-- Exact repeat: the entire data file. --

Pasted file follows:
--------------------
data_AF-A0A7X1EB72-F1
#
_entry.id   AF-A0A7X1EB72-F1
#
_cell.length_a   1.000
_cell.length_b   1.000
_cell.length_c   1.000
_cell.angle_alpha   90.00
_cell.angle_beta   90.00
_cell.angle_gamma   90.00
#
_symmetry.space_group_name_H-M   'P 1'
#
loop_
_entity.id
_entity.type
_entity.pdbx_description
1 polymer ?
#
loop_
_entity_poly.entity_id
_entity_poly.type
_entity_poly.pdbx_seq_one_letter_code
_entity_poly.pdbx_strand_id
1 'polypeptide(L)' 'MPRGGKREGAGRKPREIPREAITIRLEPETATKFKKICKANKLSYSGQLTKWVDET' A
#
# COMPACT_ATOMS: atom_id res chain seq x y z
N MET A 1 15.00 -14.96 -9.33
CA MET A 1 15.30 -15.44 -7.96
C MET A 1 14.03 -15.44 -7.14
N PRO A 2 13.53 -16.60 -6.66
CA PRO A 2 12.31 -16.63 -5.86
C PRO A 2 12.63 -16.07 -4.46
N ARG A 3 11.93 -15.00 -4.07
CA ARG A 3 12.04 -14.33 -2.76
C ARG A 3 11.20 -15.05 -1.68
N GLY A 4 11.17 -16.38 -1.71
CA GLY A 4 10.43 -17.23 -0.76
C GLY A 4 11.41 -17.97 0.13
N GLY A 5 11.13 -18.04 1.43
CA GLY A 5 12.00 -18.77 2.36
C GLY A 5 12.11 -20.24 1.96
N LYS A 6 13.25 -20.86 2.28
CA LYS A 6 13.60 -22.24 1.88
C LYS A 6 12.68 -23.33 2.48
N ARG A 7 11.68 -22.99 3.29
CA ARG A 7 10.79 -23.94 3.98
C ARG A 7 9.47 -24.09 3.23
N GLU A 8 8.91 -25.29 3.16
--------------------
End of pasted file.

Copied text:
data_AF-A0A7X1EB72-F1
#
_entry.id   AF-A0A7X1EB72-F1
#
_cell.length_a   1.000
_cell.length_b   1.000
_cell.length_c   1.000
_cell.angle_alpha   90.00
_cell.angle_beta   90.00
_cell.angle_gamma   90.00
#
_symmetry.space_group_name_H-M   'P 1'
#
loop_
_entity.id
_entity.type
_entity.pdbx_description
1 polymer ?
#
loop_
_entity_poly.entity_id
_entity_poly.type
_entity_poly.pdbx_seq_one_letter_code
_entity_poly.pdbx_strand_id
1 'polypeptide(L)' 'MPRGGKREGAGRKPREIPREAITIRLEPETATKFKKICKANKLSYSGQLTKWVDET' A
#
# COMPACT_ATOMS: atom_id res chain seq x y z
N MET A 1 15.00 -14.96 -9.33
CA MET A 1 15.30 -15.44 -7.96
C MET A 1 14.03 -15.44 -7.14
N PRO A 2 13.53 -16.60 -6.66
CA PRO A 2 12.31 -16.63 -5.86
C PRO A 2 12.63 -16.07 -4.46
N ARG A 3 11.93 -15.00 -4.07
CA ARG A 3 12.04 -14.33 -2.76
C ARG A 3 11.20 -15.05 -1.68
N GLY A 4 11.17 -16.38 -1.71
CA GLY A 4 10.43 -17.23 -0.76
C GLY A 4 11.41 -17.97 0.13
N GLY A 5 11.13 -18.04 1.43
CA GLY A 5 12.00 -18.77 2.36
C GLY A 5 12.11 -20.24 1.96
N LYS A 6 13.25 -20.86 2.28
CA LYS A 6 13.60 -22.24 1.88
C LYS A 6 12.68 -23.33 2.48
N ARG A 7 11.68 -22.99 3.29
CA ARG A 7 10.79 -23.94 3.98
C ARG A 7 9.47 -24.09 3.23
N GLU A 8 8.91 -25.29 3.16